--Lacey Griebeler, managing editor
This year, I was able to duck into several fascinating education sessions throughout the show, which covered timely issues from social media and rooftop gardening to seafood traceability and donating surplus food for tax savings. It was encouraging to see considerable audience participation, which also brought about the most lively and informative discussion. Here I've gathered a few soundbites from some of the most compelling sessions I attended:
"Get Butts in Seats for Free with Word of Mouth & Social Media," Saturday, May 22
"Social media is a conversation; it goes both ways. It's about engaging people and making them part of the community. ... You want to actually talk to them."--Geoff Alexander, vice president and managing partner, Wow Bao--Lettuce Entertain You, Chicago
(l to r) Andy Sernovitz, GasPedal; Geoff Alexander, Wow Bao--Lettuce Entertain You; Charlie Howard, Gold Star Chili; and Ramon DeLeon, a Domino's Pizza franchisee*
"We had to take a leap of faith and give out every location of every chili parlor [in Cincinnati]. This is chili democracy."--Charlie Howard, vice president, director of marketing and chilimeister, Gold Star Chili, Cincinnati, on launching the microsite Chilitownusa.com, a word-of-mouth campaign to play off Cincinnati pride in its chili and get the city officially recognized as Chilitown, USA
"Plant a Garden and Harvest Profits," Sunday, May 23
"There's something very priceless about the way a community is connected to the restaurant [with a rooftop garden]. It's a lovely way of creating income--we can grow a lot of food in a small space."--Helen Cameron, owner, Uncommon Ground restaurant, Chicago, which received well over $500,000 in TIFF funds and grants to help build the country's first certified organic rooftop farm at the restaurant
"It's about making a connection with the earth, and nourishing yourself and others. The thing that surprised us at Bastille the most was the amount of press we got."--Deming Maclise, owner, Bastille Café & Bar, Seattle, on installing the restaurant's 4,500-square-foot rooftop garden with help from Colin McCrate of Seattle Urban Farm Co. before they opened last year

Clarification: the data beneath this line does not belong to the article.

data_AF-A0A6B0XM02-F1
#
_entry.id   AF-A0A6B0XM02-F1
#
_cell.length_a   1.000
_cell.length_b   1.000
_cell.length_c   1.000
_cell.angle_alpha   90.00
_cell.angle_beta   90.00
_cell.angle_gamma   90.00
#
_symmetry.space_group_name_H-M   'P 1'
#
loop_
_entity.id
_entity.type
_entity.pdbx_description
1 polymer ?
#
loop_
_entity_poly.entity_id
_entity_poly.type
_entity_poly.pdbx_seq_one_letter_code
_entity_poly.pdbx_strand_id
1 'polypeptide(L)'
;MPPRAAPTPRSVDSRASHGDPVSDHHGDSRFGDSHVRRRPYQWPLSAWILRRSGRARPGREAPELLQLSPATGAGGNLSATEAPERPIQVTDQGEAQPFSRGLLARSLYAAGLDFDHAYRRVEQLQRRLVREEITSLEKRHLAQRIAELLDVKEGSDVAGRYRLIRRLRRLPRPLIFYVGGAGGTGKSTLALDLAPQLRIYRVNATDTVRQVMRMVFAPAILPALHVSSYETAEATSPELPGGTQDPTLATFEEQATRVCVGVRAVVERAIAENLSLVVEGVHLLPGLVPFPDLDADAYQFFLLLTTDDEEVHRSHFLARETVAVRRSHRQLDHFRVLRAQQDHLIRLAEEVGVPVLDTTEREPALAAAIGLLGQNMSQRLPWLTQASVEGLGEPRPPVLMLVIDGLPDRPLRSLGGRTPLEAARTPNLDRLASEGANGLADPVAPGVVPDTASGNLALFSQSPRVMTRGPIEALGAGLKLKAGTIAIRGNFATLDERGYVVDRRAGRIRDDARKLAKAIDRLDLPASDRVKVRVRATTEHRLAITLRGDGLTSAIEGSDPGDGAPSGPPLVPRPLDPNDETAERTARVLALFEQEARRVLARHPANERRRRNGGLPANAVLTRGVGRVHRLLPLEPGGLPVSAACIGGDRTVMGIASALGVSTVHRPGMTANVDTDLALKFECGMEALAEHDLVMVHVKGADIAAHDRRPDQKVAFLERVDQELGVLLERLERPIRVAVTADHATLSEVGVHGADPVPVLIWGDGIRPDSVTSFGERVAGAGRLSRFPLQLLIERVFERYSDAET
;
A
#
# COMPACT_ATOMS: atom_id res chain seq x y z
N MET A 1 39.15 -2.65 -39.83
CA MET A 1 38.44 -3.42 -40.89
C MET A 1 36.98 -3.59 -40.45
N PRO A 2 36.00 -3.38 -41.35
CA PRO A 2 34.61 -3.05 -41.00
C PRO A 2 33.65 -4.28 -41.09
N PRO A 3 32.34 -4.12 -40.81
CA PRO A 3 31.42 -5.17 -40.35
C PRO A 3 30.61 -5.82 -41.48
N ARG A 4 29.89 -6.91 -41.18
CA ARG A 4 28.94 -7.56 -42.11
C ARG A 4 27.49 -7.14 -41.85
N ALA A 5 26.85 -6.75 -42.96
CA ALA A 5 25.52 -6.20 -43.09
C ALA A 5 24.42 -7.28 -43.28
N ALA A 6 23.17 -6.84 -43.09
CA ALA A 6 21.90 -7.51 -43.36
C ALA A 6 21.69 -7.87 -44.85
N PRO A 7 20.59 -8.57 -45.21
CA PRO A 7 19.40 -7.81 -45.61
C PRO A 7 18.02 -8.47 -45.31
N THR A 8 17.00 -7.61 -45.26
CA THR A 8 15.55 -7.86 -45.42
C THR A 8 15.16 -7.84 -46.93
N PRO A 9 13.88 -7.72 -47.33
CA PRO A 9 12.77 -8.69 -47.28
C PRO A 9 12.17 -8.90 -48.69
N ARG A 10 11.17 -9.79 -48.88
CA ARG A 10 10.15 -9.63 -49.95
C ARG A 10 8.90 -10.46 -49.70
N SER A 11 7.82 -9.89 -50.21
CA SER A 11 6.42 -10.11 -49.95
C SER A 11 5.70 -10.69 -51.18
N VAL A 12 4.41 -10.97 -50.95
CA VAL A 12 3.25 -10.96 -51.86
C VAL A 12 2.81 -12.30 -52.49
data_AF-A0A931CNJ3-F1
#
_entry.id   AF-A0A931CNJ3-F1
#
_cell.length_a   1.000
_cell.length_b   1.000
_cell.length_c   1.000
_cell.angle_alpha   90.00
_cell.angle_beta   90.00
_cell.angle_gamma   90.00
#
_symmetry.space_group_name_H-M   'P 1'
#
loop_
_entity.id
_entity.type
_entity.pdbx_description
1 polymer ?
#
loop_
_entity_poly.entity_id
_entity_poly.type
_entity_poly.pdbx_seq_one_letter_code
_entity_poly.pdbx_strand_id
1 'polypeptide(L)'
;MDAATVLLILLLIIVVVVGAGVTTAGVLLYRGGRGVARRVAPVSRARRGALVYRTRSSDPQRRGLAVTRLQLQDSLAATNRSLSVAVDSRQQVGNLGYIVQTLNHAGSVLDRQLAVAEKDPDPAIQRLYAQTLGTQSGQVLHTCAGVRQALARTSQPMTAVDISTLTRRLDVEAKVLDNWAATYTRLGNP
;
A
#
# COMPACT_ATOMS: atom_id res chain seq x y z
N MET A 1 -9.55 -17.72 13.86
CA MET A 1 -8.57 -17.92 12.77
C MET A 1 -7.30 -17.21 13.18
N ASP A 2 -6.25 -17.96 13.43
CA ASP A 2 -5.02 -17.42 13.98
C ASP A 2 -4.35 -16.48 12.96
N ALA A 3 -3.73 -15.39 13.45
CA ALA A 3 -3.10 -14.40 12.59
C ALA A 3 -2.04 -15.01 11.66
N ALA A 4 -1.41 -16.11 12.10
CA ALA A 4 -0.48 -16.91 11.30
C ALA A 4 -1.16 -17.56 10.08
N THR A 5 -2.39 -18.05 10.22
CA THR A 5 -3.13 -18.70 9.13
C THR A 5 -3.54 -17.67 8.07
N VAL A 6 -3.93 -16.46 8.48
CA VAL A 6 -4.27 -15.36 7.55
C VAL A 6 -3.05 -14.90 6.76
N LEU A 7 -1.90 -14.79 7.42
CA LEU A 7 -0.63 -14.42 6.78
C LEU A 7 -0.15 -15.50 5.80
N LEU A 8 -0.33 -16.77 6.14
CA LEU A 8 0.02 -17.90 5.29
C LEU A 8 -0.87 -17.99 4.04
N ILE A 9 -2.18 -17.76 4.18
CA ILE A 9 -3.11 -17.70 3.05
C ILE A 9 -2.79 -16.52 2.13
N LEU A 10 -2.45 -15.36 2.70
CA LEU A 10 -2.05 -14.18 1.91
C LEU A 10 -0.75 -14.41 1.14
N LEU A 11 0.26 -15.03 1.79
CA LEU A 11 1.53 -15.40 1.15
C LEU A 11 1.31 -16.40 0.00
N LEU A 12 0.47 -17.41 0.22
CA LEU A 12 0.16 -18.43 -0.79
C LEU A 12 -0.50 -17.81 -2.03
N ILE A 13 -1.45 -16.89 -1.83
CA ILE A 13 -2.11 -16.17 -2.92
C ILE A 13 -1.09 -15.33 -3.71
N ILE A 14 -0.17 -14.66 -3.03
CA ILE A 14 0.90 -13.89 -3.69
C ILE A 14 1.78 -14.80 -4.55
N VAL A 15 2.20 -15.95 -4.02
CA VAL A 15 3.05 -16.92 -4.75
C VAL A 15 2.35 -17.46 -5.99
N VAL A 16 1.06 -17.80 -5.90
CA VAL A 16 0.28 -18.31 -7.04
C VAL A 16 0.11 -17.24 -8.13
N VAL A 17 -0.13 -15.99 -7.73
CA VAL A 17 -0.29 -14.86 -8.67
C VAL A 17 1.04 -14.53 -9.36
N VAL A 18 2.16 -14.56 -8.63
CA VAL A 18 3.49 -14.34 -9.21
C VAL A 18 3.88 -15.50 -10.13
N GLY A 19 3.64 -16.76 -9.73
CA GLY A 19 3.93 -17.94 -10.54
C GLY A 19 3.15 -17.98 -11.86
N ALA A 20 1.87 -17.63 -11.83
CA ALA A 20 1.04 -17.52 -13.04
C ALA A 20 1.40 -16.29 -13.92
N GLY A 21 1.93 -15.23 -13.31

"Seafood Traceability and What It Means to You," Tuesday, May 25
"All supply chains already have internal traceability systems in place, and they could connect each of those to a standard interface. As of right now, Trace Tracker and Trace Register are the only tracking systems [of seafood traceability]. The IT end of it is easy. But the market isn't mature yet--there's still a lot of land grabbing. But eventually there will be a single traceability portal."--Andy Furner, vice president, Trace Register, in response to a question about whether a single seafood traceability standard will be implemented
"Turn Surplus Food into Tax Savings to End Hunger," Tuesday, May 25
"To give you a sense of the scale [of the hunger problem in central Florida], five years ago, we served food to 298,000 individuals. In 2009, we served almost 732,000, which is about 25 percent of the population."--Dave Krepcho, CEO and president, Second Harvest Food Bank of Central Florida, on the growing need for high-quality food sources to feed the hungry in Florida and elsewhere in the U.S.
"At Darden, organizational buy-in [for donating surplus food] was initially very tough. We're a big company, so everything new you implement is a big deal. But now, each concept owns it and manages it. We have people on staff becoming huge supporters--they do it in their restaurant, and then they even take their teams to spend time volunteering at Second Harvest."--Anthony Walker, vice president of corporate tax for Darden Restaurants, on getting individuals at every level of the company to support donating surplus food to food banks (since 2003-2004, Darden has donated between 33 and 34 million pounds of food and saved billions of dollars in tax money)
--Maggie Shea, assistant editor
*Photos courtesy of the National Restaurant Association
What did you learn at this year's NRA Show? Tell us about it in the comments section.